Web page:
But we don’t know how the earth was created.  Once we go beyond “God created the earth,” we find ourselves on shaky ground.  Certain details of the Creation story, the Flood story and other biblical episodes are about as credible as saying that Santa guided his sleigh using Rudolph’s red nose.  (Does anyone really believe that a single red nose would provide sufficient illumination at night for that fast-moving sleigh?  On the other hand, if that red nose had GPS qualities . . . )

We Latter-day Saints have four versions of the Creation story—Genesis, Moses, Abraham and the temple presentation.  Virtually hidden in the Scriptures is a fifth version, mentioned later in this essay.

Many Christians believe that the Genesis story of Creation is literal.  The Creation Museum in Kentucky teaches that the earth is 6,000 years old, that each of the six days of creation lasted 24 hours and that Adam and Eve were contemporaries with dinosaurs.  According to actual rumors, museum directors consider videos of “The Flintstones” to be documentaries.

The LDS interpretation of the earth’s creation is slightly more realistic.  We say that the “days” of creation were likely extended creative periods.  Few Mormons today accept a 6,000-year lifespan for the earth. And church leaders have described the Creation story as allegorical while affirming the existence of Adam and Eve. (Note: Many LDS leaders taught in the early decades of the church that the earth was created 6,000 to 7,000 years ago and that there was no death on the planet until after Adam and Eve partook of the fruit.  Doctrine and Covenants 77:6 puts the temporal existence of the earth at 7,000 years.)

“The most correct book on earth,” the Book of Mormon, may provide the most correct scriptural version—it basically says Christ created heaven and earth, and leaves it at that.  In the Book of Mormon, at least we don’t read about Eve coming from Adam’s rib or about grasses and herbs flourishing without sunlight (grasses and herbs were made on Day 3; the sun on Day 4) or that the earth was created before the sun and stars, etc.

I believe that writers of the Creation stories prayerfully produced narratives of the earth’s creation that they thought were inspired accounts of what happened and that would be helpful for believers wanting insight on the subject.  Some parts of their narrative, such as the following passage in Genesis and Moses, have a credible ring: “Let the waters bring forth abundantly the moving creature that hath life, and fowl that may fly above the earth in the open firmament of heaven.”  That sounds like organic evolution.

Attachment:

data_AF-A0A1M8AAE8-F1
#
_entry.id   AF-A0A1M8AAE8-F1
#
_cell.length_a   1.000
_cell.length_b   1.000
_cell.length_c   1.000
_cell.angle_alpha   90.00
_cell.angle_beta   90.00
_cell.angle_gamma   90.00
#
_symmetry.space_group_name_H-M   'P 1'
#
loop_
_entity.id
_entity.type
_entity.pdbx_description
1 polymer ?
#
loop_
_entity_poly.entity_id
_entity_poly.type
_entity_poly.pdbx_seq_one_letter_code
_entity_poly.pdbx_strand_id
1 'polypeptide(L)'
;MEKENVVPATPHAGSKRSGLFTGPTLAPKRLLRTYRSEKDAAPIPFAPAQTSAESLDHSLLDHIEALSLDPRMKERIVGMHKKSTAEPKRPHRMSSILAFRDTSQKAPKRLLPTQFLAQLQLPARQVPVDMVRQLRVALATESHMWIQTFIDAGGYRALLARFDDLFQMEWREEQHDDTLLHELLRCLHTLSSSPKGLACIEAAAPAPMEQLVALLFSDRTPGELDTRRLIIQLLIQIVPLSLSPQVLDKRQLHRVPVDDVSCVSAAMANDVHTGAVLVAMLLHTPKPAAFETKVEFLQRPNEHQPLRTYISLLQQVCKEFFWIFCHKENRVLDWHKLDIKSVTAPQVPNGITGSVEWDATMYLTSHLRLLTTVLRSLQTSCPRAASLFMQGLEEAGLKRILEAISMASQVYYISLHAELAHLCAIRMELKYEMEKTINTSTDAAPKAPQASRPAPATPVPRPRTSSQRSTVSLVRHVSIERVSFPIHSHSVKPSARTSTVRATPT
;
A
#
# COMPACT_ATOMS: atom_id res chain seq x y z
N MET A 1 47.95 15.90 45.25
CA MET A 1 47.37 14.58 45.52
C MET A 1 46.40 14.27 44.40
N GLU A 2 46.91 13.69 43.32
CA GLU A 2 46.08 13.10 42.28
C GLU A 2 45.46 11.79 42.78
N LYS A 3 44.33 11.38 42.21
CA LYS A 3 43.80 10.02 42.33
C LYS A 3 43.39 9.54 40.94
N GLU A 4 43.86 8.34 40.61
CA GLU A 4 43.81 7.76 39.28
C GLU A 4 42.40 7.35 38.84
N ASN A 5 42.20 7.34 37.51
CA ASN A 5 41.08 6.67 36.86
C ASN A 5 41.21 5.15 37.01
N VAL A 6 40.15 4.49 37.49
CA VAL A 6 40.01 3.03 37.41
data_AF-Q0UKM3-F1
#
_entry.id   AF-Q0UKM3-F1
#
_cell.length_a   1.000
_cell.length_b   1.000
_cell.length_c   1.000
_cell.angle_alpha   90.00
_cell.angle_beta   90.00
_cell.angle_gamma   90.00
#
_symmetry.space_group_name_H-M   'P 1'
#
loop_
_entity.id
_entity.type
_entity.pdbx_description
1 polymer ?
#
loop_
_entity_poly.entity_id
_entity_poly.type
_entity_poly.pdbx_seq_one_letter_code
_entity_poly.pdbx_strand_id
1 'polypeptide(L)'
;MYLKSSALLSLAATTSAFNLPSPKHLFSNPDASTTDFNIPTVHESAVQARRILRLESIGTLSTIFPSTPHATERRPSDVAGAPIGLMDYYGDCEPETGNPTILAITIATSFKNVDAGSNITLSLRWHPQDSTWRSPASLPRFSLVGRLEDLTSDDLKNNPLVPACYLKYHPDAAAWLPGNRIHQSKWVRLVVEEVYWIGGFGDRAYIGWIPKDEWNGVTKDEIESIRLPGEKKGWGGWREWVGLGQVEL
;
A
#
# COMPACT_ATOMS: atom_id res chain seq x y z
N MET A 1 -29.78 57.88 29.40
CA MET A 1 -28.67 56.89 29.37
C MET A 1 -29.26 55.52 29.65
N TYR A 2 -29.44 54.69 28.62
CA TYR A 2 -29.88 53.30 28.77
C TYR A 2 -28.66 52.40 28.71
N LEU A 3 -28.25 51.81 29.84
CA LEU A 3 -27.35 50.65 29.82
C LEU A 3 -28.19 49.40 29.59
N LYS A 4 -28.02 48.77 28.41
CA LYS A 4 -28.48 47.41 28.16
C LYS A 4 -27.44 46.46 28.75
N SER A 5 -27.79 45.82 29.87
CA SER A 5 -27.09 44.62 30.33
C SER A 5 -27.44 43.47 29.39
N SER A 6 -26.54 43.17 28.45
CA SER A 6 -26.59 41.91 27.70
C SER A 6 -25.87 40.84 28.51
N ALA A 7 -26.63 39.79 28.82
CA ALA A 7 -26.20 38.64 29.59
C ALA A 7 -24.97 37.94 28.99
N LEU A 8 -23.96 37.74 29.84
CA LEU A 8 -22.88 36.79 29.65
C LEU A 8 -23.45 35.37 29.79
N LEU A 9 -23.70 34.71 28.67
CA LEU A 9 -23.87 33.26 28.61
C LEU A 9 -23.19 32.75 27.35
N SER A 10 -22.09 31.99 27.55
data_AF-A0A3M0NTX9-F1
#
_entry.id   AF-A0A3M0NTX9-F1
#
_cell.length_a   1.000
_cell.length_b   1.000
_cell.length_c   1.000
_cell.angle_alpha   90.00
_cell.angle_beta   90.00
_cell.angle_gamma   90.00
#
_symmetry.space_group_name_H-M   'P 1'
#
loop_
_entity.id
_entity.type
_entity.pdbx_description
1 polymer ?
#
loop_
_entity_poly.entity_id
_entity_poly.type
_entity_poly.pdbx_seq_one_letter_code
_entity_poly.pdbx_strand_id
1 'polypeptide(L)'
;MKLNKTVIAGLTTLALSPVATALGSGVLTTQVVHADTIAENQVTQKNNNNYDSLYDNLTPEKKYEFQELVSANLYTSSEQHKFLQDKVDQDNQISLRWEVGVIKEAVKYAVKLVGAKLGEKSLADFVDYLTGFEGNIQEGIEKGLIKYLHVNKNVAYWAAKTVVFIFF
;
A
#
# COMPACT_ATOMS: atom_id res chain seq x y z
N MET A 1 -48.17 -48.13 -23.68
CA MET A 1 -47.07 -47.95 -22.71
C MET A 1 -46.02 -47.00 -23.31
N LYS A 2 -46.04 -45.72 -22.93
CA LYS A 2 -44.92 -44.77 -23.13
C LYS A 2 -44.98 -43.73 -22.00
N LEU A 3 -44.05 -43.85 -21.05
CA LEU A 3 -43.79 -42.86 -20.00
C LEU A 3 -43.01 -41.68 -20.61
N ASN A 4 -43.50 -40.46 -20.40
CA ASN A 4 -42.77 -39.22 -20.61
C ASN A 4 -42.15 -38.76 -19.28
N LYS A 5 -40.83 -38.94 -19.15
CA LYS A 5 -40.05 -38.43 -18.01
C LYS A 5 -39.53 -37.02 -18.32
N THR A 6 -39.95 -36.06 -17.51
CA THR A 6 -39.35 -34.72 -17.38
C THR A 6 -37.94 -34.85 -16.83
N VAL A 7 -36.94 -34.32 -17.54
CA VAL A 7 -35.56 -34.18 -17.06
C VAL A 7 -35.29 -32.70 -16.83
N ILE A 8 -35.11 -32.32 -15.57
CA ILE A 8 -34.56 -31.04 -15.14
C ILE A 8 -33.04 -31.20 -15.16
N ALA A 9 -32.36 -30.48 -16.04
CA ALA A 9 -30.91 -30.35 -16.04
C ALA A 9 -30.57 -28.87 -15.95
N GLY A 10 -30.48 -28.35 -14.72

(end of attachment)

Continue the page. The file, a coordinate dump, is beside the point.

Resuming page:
The Doctrine and Covenants, Old Testament and Book of Mormon contain verses that suggest a fifth approach—instant creation.  Although I’m not advocating the Big Bang theory, we must admit that the following scriptures at least suggest that the Creation—whether of the universe or the earth—might have occurred quickly.

“I am the same which spake, and the world was made, and all things came by me.”                                                                                 --D&C 38:3

“By the word of the Lord were the heavens made; and all the host of them by the breath of his mouth.”                                                      --Psalms 33:6

“Let them praise the name of the Lord: for he commanded, and they were created.”                                                                                            --Psalms 148:5

“Wherefore, if God being able to speak and the world was, and to speak and man was created, O then, why not able to command the earth, or the workmanship of his hands upon the face of it, according to his will and pleasure.”                                                                                                                  --Jacob 4:9

Science has been helpful over the centuries in bringing us closer to truth.   It may yet offer answers on how the universe came into existence.  In the meantime, we believers are well advised to focus more on the why of creation than the how.